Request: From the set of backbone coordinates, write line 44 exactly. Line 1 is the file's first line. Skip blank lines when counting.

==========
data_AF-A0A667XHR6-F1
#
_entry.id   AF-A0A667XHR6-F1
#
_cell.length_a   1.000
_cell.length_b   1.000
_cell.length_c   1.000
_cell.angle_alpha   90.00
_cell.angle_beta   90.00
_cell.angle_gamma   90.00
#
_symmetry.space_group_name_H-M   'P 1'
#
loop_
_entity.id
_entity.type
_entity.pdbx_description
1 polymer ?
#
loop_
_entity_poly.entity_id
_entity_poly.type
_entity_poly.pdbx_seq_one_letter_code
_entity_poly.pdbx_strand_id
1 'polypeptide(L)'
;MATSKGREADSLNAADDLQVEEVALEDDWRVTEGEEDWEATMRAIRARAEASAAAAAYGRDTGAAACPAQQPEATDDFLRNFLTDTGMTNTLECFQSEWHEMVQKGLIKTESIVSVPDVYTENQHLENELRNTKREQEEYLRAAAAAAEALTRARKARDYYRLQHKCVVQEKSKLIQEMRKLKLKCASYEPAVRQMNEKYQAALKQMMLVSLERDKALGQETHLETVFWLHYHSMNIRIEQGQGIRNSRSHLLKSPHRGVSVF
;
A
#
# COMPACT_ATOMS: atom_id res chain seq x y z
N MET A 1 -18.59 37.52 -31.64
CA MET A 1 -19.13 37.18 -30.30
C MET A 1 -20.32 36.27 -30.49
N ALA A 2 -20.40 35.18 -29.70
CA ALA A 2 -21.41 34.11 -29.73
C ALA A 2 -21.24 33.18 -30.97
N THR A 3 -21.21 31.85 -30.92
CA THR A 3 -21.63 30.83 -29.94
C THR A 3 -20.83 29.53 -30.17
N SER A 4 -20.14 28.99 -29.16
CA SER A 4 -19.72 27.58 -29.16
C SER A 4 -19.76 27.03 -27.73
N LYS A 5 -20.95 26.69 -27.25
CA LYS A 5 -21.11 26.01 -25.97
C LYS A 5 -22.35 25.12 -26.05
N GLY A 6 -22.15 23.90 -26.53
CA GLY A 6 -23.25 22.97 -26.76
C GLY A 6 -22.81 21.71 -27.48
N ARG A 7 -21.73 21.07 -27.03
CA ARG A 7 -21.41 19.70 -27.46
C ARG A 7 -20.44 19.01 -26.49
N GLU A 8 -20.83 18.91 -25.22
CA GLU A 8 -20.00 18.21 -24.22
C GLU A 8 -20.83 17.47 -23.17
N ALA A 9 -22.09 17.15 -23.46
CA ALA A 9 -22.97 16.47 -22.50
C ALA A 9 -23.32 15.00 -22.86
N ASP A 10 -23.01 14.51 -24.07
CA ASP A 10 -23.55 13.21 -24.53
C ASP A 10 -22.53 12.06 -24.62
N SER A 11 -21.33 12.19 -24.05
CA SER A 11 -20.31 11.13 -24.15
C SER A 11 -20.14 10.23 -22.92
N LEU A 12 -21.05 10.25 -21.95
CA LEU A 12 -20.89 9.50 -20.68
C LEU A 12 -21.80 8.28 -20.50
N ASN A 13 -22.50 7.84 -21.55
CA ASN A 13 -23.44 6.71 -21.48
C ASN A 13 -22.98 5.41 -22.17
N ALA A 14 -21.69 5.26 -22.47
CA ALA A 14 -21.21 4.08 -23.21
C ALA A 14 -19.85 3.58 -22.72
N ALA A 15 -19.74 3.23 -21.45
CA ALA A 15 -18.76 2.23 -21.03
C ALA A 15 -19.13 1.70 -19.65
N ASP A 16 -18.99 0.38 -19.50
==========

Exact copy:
CA LYS A 5 -21.11 26.01 -25.97